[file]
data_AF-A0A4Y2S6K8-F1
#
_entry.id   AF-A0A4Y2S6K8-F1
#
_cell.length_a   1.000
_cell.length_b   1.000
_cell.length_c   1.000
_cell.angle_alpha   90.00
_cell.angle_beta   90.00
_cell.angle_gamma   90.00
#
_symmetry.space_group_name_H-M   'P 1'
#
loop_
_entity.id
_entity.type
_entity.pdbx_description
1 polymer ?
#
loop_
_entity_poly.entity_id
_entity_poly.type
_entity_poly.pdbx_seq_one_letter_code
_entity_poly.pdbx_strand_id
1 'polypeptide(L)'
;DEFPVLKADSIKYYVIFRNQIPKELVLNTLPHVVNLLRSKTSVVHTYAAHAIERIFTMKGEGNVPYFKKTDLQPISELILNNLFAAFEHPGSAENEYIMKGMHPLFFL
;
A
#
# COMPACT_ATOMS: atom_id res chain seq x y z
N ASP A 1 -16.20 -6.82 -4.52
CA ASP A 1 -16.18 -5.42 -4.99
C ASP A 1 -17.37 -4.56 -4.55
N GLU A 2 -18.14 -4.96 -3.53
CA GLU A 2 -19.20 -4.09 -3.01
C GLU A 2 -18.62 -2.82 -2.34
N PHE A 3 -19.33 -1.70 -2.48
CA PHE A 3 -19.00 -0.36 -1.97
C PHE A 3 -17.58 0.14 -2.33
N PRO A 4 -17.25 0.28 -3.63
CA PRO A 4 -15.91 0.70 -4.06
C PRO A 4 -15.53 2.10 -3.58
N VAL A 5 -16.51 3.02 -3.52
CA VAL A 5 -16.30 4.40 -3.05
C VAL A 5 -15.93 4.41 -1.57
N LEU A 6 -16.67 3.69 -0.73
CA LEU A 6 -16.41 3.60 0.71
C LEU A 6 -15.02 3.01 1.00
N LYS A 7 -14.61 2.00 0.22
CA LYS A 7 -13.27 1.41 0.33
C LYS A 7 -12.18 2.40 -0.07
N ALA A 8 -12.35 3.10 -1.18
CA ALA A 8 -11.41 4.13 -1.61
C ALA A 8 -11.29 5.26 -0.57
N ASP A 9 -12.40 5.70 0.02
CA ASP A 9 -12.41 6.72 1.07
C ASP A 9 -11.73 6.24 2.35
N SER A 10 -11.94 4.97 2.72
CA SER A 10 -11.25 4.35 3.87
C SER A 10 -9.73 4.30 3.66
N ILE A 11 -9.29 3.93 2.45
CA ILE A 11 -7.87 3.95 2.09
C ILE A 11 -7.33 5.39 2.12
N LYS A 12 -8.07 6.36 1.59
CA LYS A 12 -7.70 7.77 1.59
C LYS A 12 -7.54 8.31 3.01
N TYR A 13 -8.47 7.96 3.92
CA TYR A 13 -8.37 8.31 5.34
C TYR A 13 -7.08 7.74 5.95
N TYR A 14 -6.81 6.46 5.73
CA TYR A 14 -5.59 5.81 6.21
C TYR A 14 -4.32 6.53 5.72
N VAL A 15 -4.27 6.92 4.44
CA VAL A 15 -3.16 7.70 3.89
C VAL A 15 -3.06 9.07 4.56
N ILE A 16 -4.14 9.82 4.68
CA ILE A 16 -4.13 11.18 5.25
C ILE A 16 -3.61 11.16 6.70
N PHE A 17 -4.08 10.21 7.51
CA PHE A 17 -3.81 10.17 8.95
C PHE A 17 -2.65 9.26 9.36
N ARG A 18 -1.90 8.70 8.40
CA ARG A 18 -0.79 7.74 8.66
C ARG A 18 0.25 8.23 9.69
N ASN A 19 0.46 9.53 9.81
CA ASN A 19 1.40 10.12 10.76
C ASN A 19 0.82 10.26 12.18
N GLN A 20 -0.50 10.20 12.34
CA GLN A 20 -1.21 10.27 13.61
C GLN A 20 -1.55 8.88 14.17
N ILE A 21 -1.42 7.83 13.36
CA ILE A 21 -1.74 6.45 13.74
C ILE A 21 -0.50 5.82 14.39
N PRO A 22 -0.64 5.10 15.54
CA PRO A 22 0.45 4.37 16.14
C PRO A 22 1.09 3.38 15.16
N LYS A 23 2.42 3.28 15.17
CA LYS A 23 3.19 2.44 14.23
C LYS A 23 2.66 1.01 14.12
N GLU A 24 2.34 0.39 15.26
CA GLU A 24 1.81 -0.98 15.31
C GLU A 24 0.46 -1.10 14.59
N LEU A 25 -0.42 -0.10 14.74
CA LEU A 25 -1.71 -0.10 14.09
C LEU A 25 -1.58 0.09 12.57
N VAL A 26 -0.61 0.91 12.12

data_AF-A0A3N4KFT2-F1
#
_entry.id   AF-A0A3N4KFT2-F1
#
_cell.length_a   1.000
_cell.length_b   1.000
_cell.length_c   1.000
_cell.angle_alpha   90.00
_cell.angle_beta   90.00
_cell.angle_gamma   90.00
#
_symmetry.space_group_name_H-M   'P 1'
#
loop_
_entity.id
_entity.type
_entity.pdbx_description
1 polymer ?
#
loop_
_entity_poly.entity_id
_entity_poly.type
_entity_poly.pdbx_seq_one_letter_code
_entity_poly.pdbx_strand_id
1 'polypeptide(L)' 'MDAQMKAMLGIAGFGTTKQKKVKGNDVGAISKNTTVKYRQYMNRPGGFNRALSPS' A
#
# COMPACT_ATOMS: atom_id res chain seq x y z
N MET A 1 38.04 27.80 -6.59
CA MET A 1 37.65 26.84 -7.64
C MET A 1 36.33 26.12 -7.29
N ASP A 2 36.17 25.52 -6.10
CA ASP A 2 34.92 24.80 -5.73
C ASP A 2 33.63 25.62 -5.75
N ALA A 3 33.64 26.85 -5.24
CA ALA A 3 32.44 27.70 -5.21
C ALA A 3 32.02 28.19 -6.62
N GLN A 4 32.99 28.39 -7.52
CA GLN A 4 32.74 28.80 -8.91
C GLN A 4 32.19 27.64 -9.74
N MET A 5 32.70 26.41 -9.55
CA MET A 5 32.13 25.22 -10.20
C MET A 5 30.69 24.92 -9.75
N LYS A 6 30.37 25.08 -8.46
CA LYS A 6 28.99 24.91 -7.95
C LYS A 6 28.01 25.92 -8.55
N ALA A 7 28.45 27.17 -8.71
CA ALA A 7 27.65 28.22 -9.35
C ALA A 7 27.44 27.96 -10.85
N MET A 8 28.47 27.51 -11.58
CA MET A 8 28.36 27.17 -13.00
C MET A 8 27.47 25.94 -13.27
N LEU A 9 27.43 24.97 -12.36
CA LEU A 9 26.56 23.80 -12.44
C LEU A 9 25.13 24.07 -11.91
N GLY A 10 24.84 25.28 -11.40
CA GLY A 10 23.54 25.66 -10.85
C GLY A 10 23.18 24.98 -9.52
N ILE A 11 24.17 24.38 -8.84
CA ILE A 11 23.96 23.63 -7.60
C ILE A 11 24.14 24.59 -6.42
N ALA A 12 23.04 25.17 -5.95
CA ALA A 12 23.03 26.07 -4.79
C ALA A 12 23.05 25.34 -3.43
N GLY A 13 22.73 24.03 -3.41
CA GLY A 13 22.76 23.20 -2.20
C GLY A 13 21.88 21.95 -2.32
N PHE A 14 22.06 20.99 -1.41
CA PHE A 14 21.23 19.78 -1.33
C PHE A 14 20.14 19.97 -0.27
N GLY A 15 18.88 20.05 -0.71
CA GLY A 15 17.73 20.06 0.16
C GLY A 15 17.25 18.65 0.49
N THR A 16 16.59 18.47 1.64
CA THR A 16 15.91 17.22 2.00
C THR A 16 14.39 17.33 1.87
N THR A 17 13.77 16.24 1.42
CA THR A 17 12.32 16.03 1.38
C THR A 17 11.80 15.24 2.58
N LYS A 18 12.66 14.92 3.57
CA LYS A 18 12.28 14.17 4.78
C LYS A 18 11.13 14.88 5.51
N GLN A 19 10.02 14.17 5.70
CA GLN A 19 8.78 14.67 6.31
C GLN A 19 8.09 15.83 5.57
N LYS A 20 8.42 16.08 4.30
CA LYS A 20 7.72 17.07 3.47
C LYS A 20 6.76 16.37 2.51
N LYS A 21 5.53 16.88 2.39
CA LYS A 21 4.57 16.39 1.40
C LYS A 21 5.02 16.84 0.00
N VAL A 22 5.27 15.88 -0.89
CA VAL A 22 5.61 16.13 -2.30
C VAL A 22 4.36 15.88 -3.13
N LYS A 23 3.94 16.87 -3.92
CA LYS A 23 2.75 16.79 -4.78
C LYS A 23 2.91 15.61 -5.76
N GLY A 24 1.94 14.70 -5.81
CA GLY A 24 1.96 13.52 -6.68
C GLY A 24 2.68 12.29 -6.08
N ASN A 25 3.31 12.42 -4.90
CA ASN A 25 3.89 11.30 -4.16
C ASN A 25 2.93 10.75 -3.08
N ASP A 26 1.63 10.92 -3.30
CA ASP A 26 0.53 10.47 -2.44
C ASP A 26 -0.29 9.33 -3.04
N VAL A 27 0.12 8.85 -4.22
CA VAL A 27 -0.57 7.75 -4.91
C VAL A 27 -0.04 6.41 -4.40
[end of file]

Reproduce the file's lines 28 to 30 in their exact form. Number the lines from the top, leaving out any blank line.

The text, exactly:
A
#
# COMPACT_ATOMS: atom_id res chain seq x y z